We’re also more flexible now with the apartments we rent. It used to be that we always needed at least one good working table. We would often rent 2 bedroom apartments while Lissette was working because she always needed her work space. With shorter stays on our route to Turkey we’ve been more conscious on cost. In Corfu we had a small apartment with bunk beds. In Plovdiv we had the cheapest apartment we’ve ever come across – a very nice place (but in a semi-basement) that cost us $169 Canadian ($127 US) for 7 nights! So being more flexible we’ve been keeping an eye on our expenses.
One thing we’ve confirmed though is that the cheapest way to travel is slowly, ie. staying longer in places. I’ve previously written about how and why we slow travel. That’s been confirmed through the last 3 months travelling “fast”…have a look at our bookings so far this year.
Maybe you’re surprised by how cheap some of the apartments below are. Believe me, some of them are really nice. Most have 2 bedrooms. Have a look at this one in Split, this one in Lecce, or this one in Sofia.
But it’s more than cost. Just this week Lissette was telling me that she can’t handle one week here, another week there…she’s looking forward to being somewhere for a month. It’s fun seeing different places and moving on. And sometimes we’ll do that. But generally we prefer staying somewhere for a longer period.
Above: Mt. Pinacle, Quebec. One of our favorite places in Quebec.
Sometimes when something like losing a job happens it gives you a kick in the pants. I’d approached a few newspapers previously about doing articles for them. I never heard back, got a bit discouraged and gave up. After Lissette lost her job I decided to get more aggressive. Writing people, writing them back, pushing a bit…and then Postmedia (owners of the Vancouver Sun, Montreal Gazette, Toronto Sun, Ottawa Citizen and many more Canadian newspapers) got back to me.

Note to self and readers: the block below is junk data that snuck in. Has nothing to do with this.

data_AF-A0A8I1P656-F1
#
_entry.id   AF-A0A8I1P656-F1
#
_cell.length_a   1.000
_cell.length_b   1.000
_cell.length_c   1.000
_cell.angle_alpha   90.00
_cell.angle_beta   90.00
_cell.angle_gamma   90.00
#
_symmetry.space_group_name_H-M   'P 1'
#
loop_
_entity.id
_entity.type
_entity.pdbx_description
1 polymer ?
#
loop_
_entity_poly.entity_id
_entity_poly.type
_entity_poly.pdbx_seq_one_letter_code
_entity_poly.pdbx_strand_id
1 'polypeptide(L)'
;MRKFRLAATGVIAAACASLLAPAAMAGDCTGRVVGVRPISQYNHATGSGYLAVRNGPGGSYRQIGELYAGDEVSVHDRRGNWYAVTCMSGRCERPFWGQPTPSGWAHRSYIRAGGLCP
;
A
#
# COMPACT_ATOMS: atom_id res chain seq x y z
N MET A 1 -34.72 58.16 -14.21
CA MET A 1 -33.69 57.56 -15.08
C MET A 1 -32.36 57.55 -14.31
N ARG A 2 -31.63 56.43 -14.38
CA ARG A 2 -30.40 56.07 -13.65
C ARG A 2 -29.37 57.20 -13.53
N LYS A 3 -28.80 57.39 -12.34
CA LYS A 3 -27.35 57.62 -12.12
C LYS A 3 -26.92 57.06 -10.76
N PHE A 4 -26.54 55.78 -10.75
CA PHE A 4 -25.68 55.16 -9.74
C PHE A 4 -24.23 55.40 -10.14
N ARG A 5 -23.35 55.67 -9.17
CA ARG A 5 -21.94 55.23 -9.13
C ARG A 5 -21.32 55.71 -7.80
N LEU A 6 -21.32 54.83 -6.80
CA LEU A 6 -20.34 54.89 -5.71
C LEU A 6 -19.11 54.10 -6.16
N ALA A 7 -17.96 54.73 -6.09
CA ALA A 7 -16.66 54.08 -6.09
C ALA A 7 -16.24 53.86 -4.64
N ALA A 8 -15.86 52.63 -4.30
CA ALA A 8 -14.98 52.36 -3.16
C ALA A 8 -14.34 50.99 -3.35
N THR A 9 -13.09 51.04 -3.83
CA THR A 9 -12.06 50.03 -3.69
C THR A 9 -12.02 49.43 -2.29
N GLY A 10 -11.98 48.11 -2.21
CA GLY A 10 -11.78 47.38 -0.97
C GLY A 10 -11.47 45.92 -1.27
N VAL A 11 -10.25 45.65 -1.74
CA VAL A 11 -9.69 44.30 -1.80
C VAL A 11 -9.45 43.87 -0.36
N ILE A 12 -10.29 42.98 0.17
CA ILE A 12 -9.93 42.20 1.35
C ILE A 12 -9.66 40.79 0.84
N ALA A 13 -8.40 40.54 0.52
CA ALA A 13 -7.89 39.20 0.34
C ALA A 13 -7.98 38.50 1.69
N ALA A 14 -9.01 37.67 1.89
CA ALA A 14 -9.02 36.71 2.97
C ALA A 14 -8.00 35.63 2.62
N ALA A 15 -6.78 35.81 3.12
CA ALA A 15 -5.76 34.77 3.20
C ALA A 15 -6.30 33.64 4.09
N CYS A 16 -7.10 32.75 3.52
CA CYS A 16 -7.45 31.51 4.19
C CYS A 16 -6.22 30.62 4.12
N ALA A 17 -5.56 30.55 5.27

They were only interested in domestic destinations. So I wrote an article on Montreal and another on places to see in the province of Quebec. It’s been 5 years since we lived there so it was a bit of a stretch…They paid $500 for those 2 articles. I had gone into it with the idea of reaching a larger audience for the blog, I hadn’t thought I’d actually get paid.
Yesterday I was told that they wanted two more articles from me…with a possible 3rd. One of them will be a feature article on us and how we’ve managed to travel the world on the cheap.
When I started the blog it was because I enjoyed writing. I dreamed of getting published. So for me it’s a pretty big deal and I hope I can leverage these articles into more freelance articles going forward. Truth is that most bloggers don’t make money solely from their blog. But having a blog is like an artist with a portfolio – it gives you a bit of credibility and “a body of work” as people like to say. It can lead to other things.
All to say that it’s something new and I’m pretty excited by it.
Blogging & Monetizing
Earlier this year I started monetizing certain aspects of the blog. I’ve tried not to be spammy about it and have made it a point not to have big flashing ads or pop up boxes (I hate pop up boxes). But after 5 years of blogging I figured it was time to try to offset some of the costs of travelling and blogging (I actually spend more time on the blog than Lissette did working). Now, with Lissette losing her job, I’m glad I went that direction and we’ve been pleasantly surprised by how many readers have made their travel arrangements through the blog.